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G259

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I have 3 gallons of cran grape that I over sweetened, and had planned to blend with a dry wine to balance. It was at a 1.010 sg and I thought that a completely dry wine would blend nicely. Life, as it is, did not allow me that opportunity. A year later, I am left with 3 gallons of slightly raisin tainted wine. It's not bad, but you can quickly tell that there is a problem.
I was wondering if anyone had a recipe that may be good using this wine, maybe a reduction would be a good way of using this. Any ideas would be welcomed, and I promise to let you know the results.
 

Rice_Guy

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* I am assuming that cran grape wine means that you fermented Old Orchard, a formulated grocery store cranberry-grape juice which consists of filtered water, sugar (ex white grape or apple juice concentrate) cranberry concentrate, Ascorbic acid.
* I would look for some straight unsweetened juice concentrate as cranberry or tart cherry and add more fruit solids to up the acid flavor and balance the sweet flavors.
* option two would be add acid blend and maybe 1/10th of the suggested usage of a flavor extract from your wine toys store. The normal way is to do bench trials to find a pleasing acid level.
Have you run TA? At a sugar of 1.010 you will probably balance at a TA of 1.0%. A juice like Langers cranberry cocktail with pear and apple comes in at 0.81% TA therefore adding 0.2% acid blend is where I would guess you wind up.
However Welches and Minute Maid etc do different ratios which gives different starting acids! If you don’t know your starting point you can’t do it as a math problem. , , , Straight cranberry juiced in the lab TA about 3.16, , ,Welches cranberry with pear and apple TA 0.96%.
 
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G259

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Oh yes, I could blend it to reduce sweetness (my original plan), but now with the raisin taint, I hesitate to throw good wine after bad. I was kind of looking for a way to use it as-is if possible, unless A blending might work. This has been treated with sorbate. Are you saying that more acid will balance the sugar?
 
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Rice_Guy

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. Are you saying that more acid will balance the sugar?
* YES, BUT, , , there is a lot of variation in what folks like, ex the kids like sweeter flavor and I (grandpa) tend to favor more tart and bitter and tannic and umani. Most wines with repeat sales will fall on a line.
* YES, , , in the vinters club I hear the comment "the neighbors can't believe that this wine with a gravity of 1.011 and TA of .9% isn't dry
* BUT, , , flavors are complicated, , haven't seen any articles but my guess is that bitter and tannin "hide" some of the acid notes, , , another option with over sweet is to try a bench trial series of tannin or liquid "wine improver". I haven't played there but making a port is another flavor direction.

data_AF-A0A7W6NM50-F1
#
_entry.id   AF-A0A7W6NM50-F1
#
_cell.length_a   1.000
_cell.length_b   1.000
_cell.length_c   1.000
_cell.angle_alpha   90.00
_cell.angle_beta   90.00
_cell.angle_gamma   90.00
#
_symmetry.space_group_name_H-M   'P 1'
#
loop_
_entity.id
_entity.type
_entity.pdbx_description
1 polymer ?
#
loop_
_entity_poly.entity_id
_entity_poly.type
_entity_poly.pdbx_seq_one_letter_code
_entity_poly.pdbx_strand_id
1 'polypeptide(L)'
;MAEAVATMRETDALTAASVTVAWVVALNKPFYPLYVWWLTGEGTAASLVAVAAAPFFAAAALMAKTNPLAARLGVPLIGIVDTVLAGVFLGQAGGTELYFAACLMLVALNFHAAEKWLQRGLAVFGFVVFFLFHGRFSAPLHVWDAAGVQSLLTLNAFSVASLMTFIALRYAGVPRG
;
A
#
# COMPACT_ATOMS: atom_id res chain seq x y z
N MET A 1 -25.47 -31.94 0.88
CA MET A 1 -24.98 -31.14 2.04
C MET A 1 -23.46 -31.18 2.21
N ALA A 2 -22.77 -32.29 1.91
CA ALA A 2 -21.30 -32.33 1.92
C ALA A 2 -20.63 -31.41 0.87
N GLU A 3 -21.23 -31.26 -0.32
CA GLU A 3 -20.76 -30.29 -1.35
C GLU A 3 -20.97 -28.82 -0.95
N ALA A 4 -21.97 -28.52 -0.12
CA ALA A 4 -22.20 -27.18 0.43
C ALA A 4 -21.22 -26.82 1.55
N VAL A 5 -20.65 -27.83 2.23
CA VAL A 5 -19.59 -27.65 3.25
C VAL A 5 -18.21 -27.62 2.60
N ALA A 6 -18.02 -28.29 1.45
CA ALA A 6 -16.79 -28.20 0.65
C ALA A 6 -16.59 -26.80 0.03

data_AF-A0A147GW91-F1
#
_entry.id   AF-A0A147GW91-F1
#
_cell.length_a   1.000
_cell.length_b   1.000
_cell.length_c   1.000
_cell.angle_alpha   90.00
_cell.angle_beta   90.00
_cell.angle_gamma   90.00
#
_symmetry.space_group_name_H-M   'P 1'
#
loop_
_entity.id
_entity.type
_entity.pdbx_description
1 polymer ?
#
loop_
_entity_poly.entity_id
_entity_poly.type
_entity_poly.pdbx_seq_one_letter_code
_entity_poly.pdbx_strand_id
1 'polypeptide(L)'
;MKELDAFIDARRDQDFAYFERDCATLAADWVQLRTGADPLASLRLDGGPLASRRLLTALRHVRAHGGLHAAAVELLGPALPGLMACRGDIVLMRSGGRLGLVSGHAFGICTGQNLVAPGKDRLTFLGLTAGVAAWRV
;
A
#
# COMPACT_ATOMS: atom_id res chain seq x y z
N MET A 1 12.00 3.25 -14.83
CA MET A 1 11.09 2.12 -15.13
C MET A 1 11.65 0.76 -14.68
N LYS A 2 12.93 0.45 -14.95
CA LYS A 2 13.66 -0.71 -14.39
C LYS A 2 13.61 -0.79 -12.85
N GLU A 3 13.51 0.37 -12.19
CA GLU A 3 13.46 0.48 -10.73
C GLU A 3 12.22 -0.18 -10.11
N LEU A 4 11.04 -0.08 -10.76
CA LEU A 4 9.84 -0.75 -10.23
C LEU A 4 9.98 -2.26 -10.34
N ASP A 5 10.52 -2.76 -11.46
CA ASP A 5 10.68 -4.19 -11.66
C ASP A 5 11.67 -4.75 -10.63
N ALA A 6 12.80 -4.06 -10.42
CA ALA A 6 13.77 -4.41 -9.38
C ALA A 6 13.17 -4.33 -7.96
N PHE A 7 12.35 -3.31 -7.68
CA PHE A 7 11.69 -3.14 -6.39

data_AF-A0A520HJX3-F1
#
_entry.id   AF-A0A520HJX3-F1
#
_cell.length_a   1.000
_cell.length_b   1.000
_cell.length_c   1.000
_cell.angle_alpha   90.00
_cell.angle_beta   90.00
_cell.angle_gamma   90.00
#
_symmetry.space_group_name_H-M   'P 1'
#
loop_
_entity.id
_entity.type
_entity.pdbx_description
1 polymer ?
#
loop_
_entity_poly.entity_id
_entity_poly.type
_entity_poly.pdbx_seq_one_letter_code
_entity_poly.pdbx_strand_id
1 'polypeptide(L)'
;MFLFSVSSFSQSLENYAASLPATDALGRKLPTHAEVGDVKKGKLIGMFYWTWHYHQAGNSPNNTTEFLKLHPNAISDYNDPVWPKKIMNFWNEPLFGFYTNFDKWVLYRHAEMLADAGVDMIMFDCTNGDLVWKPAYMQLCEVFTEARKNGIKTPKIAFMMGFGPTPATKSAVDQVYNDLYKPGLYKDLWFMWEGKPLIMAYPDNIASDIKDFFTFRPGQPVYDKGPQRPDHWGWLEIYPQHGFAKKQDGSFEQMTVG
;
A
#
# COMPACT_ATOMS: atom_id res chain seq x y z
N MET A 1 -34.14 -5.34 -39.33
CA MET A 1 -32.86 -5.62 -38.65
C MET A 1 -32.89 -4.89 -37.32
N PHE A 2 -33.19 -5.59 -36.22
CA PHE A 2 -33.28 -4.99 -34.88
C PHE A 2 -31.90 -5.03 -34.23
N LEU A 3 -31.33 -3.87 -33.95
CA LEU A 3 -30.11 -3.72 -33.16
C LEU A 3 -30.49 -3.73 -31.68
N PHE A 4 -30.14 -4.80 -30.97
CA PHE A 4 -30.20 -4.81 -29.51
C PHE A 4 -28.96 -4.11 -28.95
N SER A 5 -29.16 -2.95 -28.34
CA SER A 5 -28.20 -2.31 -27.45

* flavors wash over your mouth in waves, sweet is fast, bitter tends to be slow and last (ie hide other/ early notes), acids are middle in speed
0SlideTA_Grav.jpg
Good luck! I am certain the 20 something kids down the block already like your raisin flavor wine.
 

G259

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I gave a 500ml bottle to a friend at work (one of my tasters), and he said today that it was sweet, but not bad. Maybe I'm looking too hard for problems. I will try the acid though this weekend, and report back the results. I don't have a TA tester, but will ph strips give me an analogous result that will infer the TA? BTW, it was 1/2 off-brand cranberry, 1/2 grape, not pre-mixed, if that even means much!

(edit) Never mind, search results indicate that you can't equate TA and PH.
(but knowledge gained!)
 
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Rice_Guy

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I don't have a TA tester, but will ph strips give me an analogous result that will infer the TA?
* YES, , , You are starting with grocery store foods which fall into the consumer norm for acceptable taste therefore it should work. If you had concentrates, or fresh fruit you couldn’t simplify. We intuitively know the high TA foods because we want to sweeten when we make a pie (ex rhurbarb) or dilute them down when we make skeeter pee (lemon juice) or salad dressing (vinegar).
* However, pH paper isn’t as accurate as a really cheap meter. The color in red and blue fruits disguises the indicator chemical in the paper.
* Remember, folks have been making wine for thousands of years. (even cedar wax wings (birds) get drunk in fall by eating fermented fruit in trees). All the electronics do is let me put a number on something so a PLC can run the line when the expert retires or takes a vacation.
 

G259

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I bench tested the acid blend addition, I had to add about 3/4 tablespoon per liter bottle! You can still taste the sugar, but the tartness of the blend balances it out though. It is drinkable now, thanks!
I knew better, but still had to put the hydrometer in! Yes, it was still 1.010!
 
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Rice_Guy

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Yup hedonic taste always wins, the numbers only help understand the art. Glad you found an answer:br538752EE-1699-4D0D-95F6-4052CFE9B4AD.jpeg
 

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